WASHINGTON - Senate Democratic leaders yesterday unveiled a $100 billion economic recovery package that would provide $13.5 billion for infrastructure projects and more than $1.5 billion for housing programs. However, it's unclear if the measure would include tax-exempt or tax-credit bonds, and sources are skeptical about its prospects in the current lame-duck session.

A summary of the Economic Recovery Act of 2008 was released by Senate Majority Leader Harry Reid, D-Nev., and Senate Appropriations Committee chairman Robert Byrd, D-W.Va.

Reid called for Congress to promptly pass the legislation during its lame-duck session, which began on Monday.

However, sources said Republicans will likely block it due to objectionable provisions such as one that would pull $25 billion from the $700 billion bailout program to help the American auto industry.

A more likely scenario is that another, broader bill, perhaps with tax and bond provisions, will be introduced in January when the new Congress and the administration of President-elect Barack Obama take power.

The $13.5 billion in infrastructure funds would be authorized for the building and repair of highways, bridges, mass transit, airports, and Amtrak. However, it is expected that the funds would most likely will be distributed directly to states in proportion to their infrastructure needs, according to sources.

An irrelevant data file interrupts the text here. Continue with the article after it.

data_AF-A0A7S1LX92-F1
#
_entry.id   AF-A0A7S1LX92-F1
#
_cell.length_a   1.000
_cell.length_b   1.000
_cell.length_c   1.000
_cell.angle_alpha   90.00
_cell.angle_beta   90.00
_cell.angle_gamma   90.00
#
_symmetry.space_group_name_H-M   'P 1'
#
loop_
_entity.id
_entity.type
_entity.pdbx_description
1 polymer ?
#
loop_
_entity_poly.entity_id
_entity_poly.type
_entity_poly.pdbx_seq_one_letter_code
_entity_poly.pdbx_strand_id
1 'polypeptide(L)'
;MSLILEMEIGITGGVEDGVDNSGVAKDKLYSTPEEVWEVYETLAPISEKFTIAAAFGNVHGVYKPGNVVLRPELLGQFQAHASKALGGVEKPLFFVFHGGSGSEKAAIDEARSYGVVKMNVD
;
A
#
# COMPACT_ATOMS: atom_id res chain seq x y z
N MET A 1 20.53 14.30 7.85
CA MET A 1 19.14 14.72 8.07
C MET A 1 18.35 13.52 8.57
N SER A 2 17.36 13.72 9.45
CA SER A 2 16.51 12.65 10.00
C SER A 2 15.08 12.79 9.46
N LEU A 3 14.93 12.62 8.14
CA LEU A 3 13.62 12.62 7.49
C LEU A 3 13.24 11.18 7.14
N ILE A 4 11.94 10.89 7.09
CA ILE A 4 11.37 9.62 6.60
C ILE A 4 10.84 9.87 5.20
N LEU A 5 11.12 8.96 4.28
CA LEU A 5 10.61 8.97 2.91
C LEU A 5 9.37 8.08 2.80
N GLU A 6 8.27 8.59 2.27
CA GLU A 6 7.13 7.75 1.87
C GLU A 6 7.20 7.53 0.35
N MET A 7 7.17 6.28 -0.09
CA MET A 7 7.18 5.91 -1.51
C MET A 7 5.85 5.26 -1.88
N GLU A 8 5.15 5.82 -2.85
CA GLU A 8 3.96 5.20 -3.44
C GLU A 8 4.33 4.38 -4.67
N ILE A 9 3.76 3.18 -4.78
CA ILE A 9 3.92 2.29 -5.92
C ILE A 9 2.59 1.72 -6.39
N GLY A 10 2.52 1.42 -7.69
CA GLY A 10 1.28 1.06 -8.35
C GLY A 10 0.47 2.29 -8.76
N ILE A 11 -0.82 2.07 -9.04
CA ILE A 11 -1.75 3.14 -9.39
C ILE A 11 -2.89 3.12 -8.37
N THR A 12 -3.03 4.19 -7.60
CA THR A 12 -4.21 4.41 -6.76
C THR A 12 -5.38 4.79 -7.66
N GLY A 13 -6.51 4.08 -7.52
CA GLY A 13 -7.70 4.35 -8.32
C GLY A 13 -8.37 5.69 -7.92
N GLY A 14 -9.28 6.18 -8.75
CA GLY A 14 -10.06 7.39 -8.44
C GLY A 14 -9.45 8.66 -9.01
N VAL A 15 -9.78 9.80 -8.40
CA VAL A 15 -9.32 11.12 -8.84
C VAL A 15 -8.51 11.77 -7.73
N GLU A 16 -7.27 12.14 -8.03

Tony Dorsey, media relations manager for the American Association of State Highway and Transportation Officials, said highway funds probably would be focused on projects that would be "ready to go" within 90 days of when federal funds were allocated.

While Congress nixed infrastructure funding in the first stimulus package, instead opting for the more direct checks to taxpayers, the prolonged nature of the economic downturn makes infrastructure spending more appealing, Dorsey said.

"We're talking about creating jobs here," he said. "It makes sense to invest in projects that are longer ... Investing in them will keep people working."

Subscribe Now

Independent and authoritative analysis and perspective for the bond buying industry.

14-Day Free Trial

No credit card required. Complete access to articles, breaking news and industry data.